Sometime that morning, Becker pried open a gun cabinet in his parents' basement. He took a .22 caliber revolver and practiced shooting the gun at a birdhouse in his parents' yard. He later told officials that after his practice session he knew he would have to get close to Thomas in order to be sure that he hit him. Becker then reloaded the gun and found a spare set of keys for one his parents' cars and drove to Aplington. He knocked on the door of a residence and asked for Thomas by name. He was told Thomas did not live at that house. Becker then drove to Parkersburg

[818 N.W.2d 139]

where he asked a few people where he might find Thomas. Becker told one of these people that he needed to find Thomas because he was working with him on a tornado relief project. He was directed to the elementary school where he was told Thomas might be teaching driver's education.

Upon arrival at the elementary school, Becker left the gun in the car. He asked a family friend who worked as a custodian at the school where Thomas was. The custodian called a custodian at the high school who told him Thomas was in the weight room. This information was relayed to Becker who, after some small talk, returned to his car and drove to the weight room.

Since the high school in Parkersburg had been damaged by a tornado, a makeshift weight room had been set up in a bus barn. Becker arrived at the weight room at about 7:45 a.m. Initially, he left the gun in the car. According to witnesses, he stuck his head in the door of the bus barn and looked around and left. Becker then retrieved the gun from his car and put it in the pocket of his coveralls.1 He reentered the weight room, approached Thomas, took out the gun, and shot Thomas six times in the head, chest and leg. He proceeded to kick and stomp on Thomas, yelling, “Fuck you, old man.” He then left the weight room screaming that he had killed Satan and telling people to go get his carcass. Thomas died from his injuries.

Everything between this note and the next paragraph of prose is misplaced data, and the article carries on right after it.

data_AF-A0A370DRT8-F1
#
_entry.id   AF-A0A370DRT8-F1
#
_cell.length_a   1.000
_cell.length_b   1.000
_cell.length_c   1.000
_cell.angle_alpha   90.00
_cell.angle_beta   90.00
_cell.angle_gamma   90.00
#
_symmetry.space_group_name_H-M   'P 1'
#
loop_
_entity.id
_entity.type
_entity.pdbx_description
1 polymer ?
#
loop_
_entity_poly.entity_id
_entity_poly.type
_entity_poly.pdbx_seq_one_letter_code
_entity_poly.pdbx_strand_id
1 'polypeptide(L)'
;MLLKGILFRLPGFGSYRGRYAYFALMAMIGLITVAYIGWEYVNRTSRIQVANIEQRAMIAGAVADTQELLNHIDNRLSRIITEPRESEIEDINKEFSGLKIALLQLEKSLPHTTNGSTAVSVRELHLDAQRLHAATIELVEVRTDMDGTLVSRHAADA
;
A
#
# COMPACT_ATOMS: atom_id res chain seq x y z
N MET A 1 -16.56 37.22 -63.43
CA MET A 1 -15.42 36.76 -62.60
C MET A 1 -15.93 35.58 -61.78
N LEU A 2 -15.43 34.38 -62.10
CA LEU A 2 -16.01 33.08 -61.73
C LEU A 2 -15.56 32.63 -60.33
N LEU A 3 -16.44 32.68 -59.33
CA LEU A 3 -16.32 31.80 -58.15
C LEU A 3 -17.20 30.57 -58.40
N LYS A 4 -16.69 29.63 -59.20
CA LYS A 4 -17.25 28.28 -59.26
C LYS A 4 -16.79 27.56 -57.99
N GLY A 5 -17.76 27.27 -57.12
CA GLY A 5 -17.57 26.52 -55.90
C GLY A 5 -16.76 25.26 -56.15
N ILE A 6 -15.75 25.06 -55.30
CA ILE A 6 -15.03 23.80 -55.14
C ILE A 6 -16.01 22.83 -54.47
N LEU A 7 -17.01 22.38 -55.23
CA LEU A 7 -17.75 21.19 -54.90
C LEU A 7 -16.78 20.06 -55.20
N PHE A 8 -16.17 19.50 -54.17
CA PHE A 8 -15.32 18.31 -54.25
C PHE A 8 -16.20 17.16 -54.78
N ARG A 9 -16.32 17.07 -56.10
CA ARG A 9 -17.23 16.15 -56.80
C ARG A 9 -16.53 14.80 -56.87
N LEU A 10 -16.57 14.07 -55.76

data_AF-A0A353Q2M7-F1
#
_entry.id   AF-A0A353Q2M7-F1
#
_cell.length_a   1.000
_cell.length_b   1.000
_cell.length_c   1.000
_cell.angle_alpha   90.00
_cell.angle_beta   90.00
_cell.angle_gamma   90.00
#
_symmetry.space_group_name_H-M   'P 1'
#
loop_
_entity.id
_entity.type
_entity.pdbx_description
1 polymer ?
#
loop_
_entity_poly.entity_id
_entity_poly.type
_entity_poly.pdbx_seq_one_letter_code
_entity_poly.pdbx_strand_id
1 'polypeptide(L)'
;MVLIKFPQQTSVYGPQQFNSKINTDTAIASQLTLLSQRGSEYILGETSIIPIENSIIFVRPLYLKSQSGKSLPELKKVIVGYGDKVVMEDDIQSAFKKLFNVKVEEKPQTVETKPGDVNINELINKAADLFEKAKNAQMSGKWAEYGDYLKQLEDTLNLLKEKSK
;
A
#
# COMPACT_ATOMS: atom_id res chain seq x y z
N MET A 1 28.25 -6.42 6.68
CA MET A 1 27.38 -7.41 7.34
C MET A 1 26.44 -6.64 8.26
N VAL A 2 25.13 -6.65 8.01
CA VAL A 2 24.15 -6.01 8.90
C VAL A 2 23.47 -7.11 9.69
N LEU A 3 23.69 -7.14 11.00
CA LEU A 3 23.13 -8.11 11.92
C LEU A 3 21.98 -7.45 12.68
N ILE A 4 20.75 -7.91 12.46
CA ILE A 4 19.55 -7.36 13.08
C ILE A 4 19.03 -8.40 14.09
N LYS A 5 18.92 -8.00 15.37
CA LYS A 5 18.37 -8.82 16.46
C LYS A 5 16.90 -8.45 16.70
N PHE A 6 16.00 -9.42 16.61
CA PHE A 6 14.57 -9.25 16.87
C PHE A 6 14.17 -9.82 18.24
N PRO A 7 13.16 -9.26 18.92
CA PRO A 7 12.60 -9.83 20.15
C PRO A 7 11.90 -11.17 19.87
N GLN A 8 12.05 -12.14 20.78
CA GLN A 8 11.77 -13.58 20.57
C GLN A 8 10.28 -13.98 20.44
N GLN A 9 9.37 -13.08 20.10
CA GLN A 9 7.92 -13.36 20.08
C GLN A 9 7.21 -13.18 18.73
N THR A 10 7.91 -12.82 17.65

Becker drove away from the high school towards his parents' home. Witnesses had already reported the shooting and described the car Becker was driving. Since the car was registered to Becker's father, Sheriff Johnson headed to Becker's parents' home. As the sheriff approached the Becker residence, he could see a vehicle approaching. The vehicle turned in behind Johnson. The car followed Johnson into the driveway. Johnson accelerated, turned his vehicle at an angle for cover, and drew his weapon. As the car approached, Johnson saw an arm come out of the window. The driver was holding a handgun out of the window by the trigger guard. The vehicle stopped; Johnson ordered him to drop the gun; and Becker complied. Becker stepped out of the car and said, “I'm done, I'm done.” Becker was handcuffed and taken into custody. He was interviewed by agents from the Division of Criminal Investigations and admitted shooting Thomas.

Becker was charged with first-degree murder by trial information on June 30, 2009. He provided notice of an insanity defense on July 13. Trial commenced on February 12, 2010. The State presented numerous witnesses who identified Becker as the shooter. The defense called numerous witnesses to testify to Becker's history of mental problems and his behavior in the days leading up to the shooting. The defense then called two psychiatrists who offered expert testimony that at the time of the shootings Becker was suffering from paranoid...